is a RISC OS Usertimephoenix on 12/11/03 4:41AM
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If ROL bought RISC OS would there have been an Iyonix? (More likely the extra resources would have been mothbaulded to stop anyone else using them (personel opinion)).

 is a RISC OS Userjlavallin on 12/11/03 7:30AM
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timephoenix: Perhaps they should ship the Iyonix in the phoebe case, badged as a "Special Edition"?

 is a RISC OS Userandypoole on 12/11/03 8:27AM
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jlavallin: The Iyonix was released in November last year, Castle only bought RISC OS from Pace in July.

 is a RISC OS Userilludium on 12/11/03 10:24AM
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Does anyone know which parts of the RiscPC were becoming particularly hard to source? And were Castle manufacturing new cases for their RiscPCs, or was there a backlog of already produced cases that they were fitting new parts into? This is all 'just out of interest'...

 is a RISC OS Userlarryfi on 12/11/03 12:03PM
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The RISC PC when it was launched was an extremely expensive computer, however, it had the staying power than the cheap 486 pcs available at the time could not even dream of. However, imes have moved on, the entry level model is now a very basic machine, USB, Graphics Cards and Networking all being optional extras. Thank God for Castle and the Iyonix PC, which might be another extremely expensive machine, but it is one that people will still be using ten years from now. In the ned, you get what you pay for.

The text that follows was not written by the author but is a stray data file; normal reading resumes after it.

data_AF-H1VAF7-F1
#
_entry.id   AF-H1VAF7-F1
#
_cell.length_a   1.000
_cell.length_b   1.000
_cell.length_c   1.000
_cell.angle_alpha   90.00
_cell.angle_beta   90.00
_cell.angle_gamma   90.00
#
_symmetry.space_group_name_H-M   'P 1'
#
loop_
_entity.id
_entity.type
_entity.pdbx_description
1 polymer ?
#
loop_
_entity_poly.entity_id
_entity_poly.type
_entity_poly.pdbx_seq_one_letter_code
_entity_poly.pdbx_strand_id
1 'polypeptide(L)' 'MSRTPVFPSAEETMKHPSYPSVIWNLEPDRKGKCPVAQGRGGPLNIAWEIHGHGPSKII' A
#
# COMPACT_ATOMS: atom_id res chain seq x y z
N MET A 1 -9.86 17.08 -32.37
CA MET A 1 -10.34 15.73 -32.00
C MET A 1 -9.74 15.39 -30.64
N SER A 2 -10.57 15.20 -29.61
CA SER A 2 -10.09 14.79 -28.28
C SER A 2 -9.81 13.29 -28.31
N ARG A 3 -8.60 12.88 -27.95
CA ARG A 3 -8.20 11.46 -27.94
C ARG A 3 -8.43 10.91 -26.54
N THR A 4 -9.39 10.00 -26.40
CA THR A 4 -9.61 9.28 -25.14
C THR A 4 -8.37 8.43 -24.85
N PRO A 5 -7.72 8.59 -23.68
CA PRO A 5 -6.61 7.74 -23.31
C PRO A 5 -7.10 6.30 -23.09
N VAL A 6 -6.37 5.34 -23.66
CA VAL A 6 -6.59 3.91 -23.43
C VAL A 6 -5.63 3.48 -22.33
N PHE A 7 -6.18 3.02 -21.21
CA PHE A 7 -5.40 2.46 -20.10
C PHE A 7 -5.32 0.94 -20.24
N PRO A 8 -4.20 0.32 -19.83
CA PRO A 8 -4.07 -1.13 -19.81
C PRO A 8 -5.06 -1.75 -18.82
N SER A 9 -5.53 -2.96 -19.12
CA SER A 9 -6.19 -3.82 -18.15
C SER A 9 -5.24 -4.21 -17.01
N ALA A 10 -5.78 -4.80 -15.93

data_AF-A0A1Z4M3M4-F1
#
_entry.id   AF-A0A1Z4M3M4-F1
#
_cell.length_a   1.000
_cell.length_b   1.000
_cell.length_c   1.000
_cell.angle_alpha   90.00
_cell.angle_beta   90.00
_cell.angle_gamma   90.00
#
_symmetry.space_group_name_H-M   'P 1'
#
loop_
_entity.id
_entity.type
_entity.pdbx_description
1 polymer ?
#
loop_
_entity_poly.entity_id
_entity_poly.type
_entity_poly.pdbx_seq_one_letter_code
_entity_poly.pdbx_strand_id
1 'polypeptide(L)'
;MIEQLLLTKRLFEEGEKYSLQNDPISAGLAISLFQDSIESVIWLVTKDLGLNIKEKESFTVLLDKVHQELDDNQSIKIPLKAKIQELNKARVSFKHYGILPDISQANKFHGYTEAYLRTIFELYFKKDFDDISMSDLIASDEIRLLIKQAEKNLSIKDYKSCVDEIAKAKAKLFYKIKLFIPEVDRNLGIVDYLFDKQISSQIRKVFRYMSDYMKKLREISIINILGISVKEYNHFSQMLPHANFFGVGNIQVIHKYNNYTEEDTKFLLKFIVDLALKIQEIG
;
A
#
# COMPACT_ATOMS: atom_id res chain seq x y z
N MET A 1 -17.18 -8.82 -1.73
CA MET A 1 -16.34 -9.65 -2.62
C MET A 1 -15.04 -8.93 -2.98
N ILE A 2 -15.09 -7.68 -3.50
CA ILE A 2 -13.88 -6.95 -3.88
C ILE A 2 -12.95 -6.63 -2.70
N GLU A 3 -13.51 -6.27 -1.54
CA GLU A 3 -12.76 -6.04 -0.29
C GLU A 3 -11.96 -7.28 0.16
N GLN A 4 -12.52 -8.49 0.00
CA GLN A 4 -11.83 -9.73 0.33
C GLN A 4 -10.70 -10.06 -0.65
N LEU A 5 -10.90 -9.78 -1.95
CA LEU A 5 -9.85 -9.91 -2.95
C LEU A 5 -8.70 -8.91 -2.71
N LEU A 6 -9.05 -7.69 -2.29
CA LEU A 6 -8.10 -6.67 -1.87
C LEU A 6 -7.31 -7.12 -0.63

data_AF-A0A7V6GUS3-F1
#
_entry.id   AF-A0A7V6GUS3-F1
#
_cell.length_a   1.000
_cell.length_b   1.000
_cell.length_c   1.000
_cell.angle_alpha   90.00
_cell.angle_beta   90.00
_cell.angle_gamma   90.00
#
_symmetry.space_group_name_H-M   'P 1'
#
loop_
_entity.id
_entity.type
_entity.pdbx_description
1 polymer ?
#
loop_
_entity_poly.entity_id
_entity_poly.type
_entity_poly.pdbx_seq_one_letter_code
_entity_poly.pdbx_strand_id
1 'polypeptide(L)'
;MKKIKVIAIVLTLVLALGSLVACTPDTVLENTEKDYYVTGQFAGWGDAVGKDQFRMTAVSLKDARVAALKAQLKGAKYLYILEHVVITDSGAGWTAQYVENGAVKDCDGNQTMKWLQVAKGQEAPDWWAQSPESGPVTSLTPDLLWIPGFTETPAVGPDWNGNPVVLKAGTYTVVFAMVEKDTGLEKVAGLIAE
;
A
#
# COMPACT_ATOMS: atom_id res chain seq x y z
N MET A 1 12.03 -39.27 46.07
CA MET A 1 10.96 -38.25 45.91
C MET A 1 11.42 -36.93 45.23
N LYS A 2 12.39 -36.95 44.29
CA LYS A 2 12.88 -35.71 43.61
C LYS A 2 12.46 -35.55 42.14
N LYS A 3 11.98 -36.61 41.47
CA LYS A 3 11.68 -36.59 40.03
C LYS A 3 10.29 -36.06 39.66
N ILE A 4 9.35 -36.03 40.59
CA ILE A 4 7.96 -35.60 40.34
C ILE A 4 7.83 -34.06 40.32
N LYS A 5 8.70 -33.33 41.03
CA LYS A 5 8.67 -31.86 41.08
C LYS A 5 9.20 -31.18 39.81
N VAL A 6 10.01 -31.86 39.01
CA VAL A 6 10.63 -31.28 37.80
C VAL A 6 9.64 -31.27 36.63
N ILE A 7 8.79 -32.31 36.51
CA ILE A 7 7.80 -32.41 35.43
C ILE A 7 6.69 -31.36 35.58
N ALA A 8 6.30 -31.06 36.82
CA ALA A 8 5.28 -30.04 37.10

is a RISC OS UserJWCR on 12/11/03 12:34PM
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simio: Maybe not, but it's not the graduated pinboard I want...

 is a RISC OS Usercmj on 12/11/03 12:46PM
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Castle and RO5 are the future of RISC OS. ROS Ltd ultimately did NOTHING to allow ROS to run on non-Acorn era hardware. No wonder ROS Ltd is so keen on flogging their dead horse to emulator users.

It's the 'not our responsibility' shoulder-shrugging of ROS Ltd that lost the market Imago/Nucleus/Evolution/Omega - what hardware development there was became wasted on just getting ROS to boot on non-Acorn hardware. Caslte have done more for RISC OS in a year than ROS Ltd ever have.

Caslte just need to find more ways to exploit the market than merely selling a 1249 computer - this excludes too many people from giving them revenue.

 is a RISC OS UserJessFranco on 12/11/03 12:53PM
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timephoenix: I can understand *why* Castle bought RISC OS though - out of frustration with the way the market was going - Omega seemingly nowhere in sight, ROL dallying about "making graduated pinboards" and denying any demand for a 32-bit ROS, RiscStation's laptop getting later and later - something drastic had to be done! So something was done - Castle developed the Iyonix and bought RISC OS 5 (which to this day remains the only 32-bit version of the OS for desktops).

I dislike the current forked situation as much as anyone else, but the only people who can actually change things are ROL and Castle, so perhaps it's best to leave the technicalities of merging the forks in their capable hands. I can't imagine either company is pleased with the fork either, as it means lower revenue for each of them as they lose customers to the other company.

andypoole: Are Phoebe cases still available from anywhere? I wouldn't mind putting my Iyonix in one :-)

 is a RISC OS Usertamias on 12/11/03 1:09PM
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I remember that the real heart-wrench with the BBC Micro was when Acorn announced that spare parts would no longer be available. I'm sure that Castle will still stock and sell us the bits needed to keep the old machines ticking over for a few years yet. It's a shame the Kinetic upgrade is still so expensive - all those 1000s of RiscPC 600s and 700s would get such a boost even at this late stage. That could be a cheep way into RiscOS now; source a cheep PC700 and StrongArm it. Perhaps it is the StrongArm itself that is one of the hard to source parts ?

 is a RISC OS Usermartin on 12/11/03 1:13PM